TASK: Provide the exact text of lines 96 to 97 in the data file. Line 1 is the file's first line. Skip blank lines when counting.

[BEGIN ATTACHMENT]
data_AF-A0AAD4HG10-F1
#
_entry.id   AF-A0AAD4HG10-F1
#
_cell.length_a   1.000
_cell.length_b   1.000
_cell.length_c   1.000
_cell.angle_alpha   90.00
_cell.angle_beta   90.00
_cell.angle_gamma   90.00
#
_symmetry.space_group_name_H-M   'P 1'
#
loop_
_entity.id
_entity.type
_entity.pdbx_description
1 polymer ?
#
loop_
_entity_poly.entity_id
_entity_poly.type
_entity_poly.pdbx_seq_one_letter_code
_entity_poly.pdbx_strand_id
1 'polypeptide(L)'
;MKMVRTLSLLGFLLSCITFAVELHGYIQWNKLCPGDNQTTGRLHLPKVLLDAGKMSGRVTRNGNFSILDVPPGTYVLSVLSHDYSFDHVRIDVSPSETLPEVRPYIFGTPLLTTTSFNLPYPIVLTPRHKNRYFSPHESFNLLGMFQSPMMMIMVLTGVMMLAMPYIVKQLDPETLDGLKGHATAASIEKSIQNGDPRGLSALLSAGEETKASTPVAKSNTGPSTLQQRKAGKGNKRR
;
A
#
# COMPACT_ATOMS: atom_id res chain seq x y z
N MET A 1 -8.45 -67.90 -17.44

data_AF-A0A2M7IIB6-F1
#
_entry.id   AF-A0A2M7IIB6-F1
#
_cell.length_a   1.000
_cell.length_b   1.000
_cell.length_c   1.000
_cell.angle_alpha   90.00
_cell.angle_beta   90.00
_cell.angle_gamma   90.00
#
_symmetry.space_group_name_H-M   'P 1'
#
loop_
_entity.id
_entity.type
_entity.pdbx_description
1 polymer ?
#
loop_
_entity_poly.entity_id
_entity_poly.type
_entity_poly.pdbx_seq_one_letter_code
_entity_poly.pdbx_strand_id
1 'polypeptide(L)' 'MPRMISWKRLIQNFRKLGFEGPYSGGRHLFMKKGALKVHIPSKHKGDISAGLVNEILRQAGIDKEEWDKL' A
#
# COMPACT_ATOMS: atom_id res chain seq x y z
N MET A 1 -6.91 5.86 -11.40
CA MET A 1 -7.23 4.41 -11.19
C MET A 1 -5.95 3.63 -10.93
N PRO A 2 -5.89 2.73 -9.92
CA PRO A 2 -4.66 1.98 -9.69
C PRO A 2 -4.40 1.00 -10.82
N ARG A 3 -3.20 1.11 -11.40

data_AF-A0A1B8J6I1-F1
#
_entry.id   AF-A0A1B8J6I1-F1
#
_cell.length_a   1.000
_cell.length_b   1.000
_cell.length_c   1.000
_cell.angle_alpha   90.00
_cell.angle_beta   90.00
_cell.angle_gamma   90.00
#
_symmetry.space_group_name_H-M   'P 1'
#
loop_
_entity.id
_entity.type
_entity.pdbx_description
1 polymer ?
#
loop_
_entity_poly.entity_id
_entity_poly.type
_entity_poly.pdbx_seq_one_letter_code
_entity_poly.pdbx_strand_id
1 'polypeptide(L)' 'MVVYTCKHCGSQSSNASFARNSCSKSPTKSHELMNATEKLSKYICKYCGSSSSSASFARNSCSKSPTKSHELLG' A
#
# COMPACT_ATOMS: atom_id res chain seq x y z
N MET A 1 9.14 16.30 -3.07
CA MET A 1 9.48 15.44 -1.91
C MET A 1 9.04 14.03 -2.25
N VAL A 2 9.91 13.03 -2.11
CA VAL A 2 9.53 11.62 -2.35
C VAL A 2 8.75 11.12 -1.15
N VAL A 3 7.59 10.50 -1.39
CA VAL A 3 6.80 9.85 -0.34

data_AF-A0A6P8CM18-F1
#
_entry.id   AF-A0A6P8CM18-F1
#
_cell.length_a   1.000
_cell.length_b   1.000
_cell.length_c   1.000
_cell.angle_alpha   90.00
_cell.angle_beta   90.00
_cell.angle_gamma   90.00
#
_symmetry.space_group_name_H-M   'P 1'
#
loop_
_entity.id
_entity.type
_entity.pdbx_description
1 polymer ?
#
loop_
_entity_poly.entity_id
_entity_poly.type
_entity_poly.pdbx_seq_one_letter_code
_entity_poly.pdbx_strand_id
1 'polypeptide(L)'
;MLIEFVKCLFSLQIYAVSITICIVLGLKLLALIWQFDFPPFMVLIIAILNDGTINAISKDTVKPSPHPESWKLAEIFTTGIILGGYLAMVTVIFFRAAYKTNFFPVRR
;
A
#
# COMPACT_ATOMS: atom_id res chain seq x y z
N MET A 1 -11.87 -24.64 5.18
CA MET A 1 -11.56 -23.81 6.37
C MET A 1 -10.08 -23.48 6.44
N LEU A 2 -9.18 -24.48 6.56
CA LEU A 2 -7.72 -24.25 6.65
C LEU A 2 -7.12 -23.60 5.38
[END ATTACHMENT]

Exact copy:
N VAL A 2 9.91 13.03 -2.11
CA VAL A 2 9.53 11.62 -2.35